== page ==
Every Dark Desire by Fiona Zedde

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everydarkdesirePublisher/Date:  Kensington, July 2007
Genre(s):  Erotica, Supernatural
Pages:  327
Website:  http://www.fionazedde.com

Rating: ★★★☆☆ 

Vampires run wild in Fiona Zedde’s third novel, EVERY DARK DESIRE, which chronicles the death of Naomi McElroy and her rebirth as vampire Belle.

Naomi’s life in Jamaica was mostly uneventful, until the night her desire for women takes her to a place she’s never been before — and leaves her lifeless. She then mutates into Belle and becomes one of them…

Belle is now a blood-sucking, cold-blooded vampire, recruited by a clan of men and women just like her. The ringleader, a sexy beast named Silvija, makes sure Belle learns the ropes of hunting for blood, fighting enemies and satiating her sexual cravings. It’s far from easy, what with Belle missing her daughter, Kylie, and the life she left behind. Taking orders from a taskmaster like Silvija isn’t helping matters.

And it especially doesn’t help that Belle’s falling for her.

Their encounters are extremely wickedly hot, but Belle can’t seem to get a good read on whether their affair means more to the unattainable Silvija. To a group of vampires who lack human characteristics, it’s hard to tell whether Silvija’s carnal desires are real, or just a part of the hunt and chase.

Zedde’s Desire is evident in every page. You see the growing yearnings Belle has for Silvija. The author’s trademark sex scenes leave nothing to the imagination, as you can visualize thrust and lick. However, I wish this same attention to detail was given to the plot. In reading I felt like the sex came every chapter, and the ending of the novel felt rushed. With that being said, Zedde is an excellent writer I would read again, as her previous works — Bliss and A Taste of Sin — were enjoyable.

Desire kept my pulse racing, but left me wanting more — whether that’s a good thing is up to you.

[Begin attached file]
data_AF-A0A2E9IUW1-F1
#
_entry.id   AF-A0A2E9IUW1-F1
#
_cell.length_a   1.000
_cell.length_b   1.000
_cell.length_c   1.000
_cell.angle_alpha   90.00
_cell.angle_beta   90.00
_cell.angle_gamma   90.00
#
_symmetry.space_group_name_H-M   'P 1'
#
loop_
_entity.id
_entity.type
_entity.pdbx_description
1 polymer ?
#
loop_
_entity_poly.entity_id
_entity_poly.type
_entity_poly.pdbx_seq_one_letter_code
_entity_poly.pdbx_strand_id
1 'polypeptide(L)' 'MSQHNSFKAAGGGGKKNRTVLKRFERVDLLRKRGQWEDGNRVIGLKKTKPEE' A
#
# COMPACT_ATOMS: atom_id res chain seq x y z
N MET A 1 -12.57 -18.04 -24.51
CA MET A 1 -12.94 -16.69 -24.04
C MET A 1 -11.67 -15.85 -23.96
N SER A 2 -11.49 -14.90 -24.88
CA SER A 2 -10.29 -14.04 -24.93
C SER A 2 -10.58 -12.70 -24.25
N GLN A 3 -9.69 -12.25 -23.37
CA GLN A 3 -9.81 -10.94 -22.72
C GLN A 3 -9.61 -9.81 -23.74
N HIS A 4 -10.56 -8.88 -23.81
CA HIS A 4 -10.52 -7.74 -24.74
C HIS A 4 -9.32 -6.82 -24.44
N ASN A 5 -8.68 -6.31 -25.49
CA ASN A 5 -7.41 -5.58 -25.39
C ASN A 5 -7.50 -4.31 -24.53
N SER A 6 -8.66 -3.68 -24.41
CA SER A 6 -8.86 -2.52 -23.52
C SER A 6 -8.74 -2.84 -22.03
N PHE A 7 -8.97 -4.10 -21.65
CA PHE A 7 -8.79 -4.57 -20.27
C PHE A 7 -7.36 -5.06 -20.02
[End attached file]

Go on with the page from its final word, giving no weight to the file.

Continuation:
Reviewed December 2007


Rain by Monique P. Howerton

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rainPublisher/Date:  Hersay, Sept. 2002
Genre:  Supernatural
Pages:  206

Rating: ★★★½☆ 

Right in time for Halloween comes a book that combines the afterlife, black lesbianism, romance and the gay family. It’s here, all combined in Monique P. Howerton’s supernatural story, RAIN.

Rain is the tale of Monica Walker and her unrequited love (or so we think) for Pia, a woman who stole her heart when she was 16 years old. Monica was introduced to Pia and her extended “family,” but the two women had this connection, a deep affinity for each other, not withstanding a fantastic sexual attraction. Lovers for years, everything changed when Teri steps into the picture.

Monica and Pia loved each other, but Pia, being older and wiser, thought it could never work with someone so young and innocent to the world. So she finds love with Teri, a womanizing stud who couldn’t remain monogamous to save her life–literally. It’s because of her infidelity that she and Pia both contract AIDS. All the while Monica stands by and knows she could give Pia a better life. Monica has done everything she could to make Pia see that they are soulmates; Pia does realize it–when it’s too late; her fear simply kept her from knowing an unconditional love.

The constant rain described in the novel, almost a character itself, was a metaphor for the sadness and drama that ensued.

Here’s where the supernatural part comes in. Monica, who grew up with supernatural powers, fights to protect Pia’s soul from evil forces that come for her. If you’re into supernatural fiction tales, then this part will grab you. If you don’t believe in the afterlife, you will just read it for what it is.

Howerton’s writing is unique, despite the grammatical errors. Rain is quick read, but the story does use a reverse plotting element, flopping from the past to the present, and you will sometimes find yourself trying to figure out what’s exactly taking place at times. Elements are revealed as the story progresses, but in the beginning, names and details are mentioned without much explanation. But Howerton does deliver a different type of story–and that’s always to be applauded.

Reviewed October 2005